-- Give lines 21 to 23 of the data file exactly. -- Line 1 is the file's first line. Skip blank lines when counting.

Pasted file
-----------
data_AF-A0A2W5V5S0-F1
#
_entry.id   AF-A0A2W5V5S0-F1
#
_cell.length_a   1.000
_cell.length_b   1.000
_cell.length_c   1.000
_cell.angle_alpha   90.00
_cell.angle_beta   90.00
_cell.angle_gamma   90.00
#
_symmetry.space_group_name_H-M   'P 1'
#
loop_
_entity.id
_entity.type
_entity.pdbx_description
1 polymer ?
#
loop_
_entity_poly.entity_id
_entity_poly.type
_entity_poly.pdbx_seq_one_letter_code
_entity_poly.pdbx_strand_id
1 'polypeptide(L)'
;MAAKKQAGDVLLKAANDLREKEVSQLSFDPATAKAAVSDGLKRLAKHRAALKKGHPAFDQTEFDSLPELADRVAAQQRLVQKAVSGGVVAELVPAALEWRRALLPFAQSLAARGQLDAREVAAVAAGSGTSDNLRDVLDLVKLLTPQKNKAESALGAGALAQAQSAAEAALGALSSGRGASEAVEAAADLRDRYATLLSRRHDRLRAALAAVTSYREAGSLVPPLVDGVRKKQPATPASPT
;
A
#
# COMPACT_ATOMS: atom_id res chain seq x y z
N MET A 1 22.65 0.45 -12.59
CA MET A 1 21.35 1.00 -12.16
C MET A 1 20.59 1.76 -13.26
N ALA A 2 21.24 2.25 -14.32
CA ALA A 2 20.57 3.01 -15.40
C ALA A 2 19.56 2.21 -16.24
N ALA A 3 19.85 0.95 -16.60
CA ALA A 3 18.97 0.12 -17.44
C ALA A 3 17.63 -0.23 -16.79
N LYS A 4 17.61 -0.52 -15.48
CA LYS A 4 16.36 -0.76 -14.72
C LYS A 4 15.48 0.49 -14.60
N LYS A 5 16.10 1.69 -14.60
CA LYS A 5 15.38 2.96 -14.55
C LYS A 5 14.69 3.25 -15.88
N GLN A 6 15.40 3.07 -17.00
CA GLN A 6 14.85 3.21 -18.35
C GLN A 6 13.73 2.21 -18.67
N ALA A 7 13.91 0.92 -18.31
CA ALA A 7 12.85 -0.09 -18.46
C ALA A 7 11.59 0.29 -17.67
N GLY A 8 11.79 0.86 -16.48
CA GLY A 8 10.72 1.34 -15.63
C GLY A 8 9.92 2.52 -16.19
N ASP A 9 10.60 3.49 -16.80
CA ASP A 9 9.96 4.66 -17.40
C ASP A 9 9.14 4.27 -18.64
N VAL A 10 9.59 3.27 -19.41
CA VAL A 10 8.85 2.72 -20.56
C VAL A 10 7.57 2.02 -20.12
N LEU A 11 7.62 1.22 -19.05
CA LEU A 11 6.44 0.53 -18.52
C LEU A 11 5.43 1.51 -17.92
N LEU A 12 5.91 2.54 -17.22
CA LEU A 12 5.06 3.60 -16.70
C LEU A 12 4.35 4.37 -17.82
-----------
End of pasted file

_entity_poly.entity_id
_entity_poly.type
_entity_poly.pdbx_seq_one_letter_code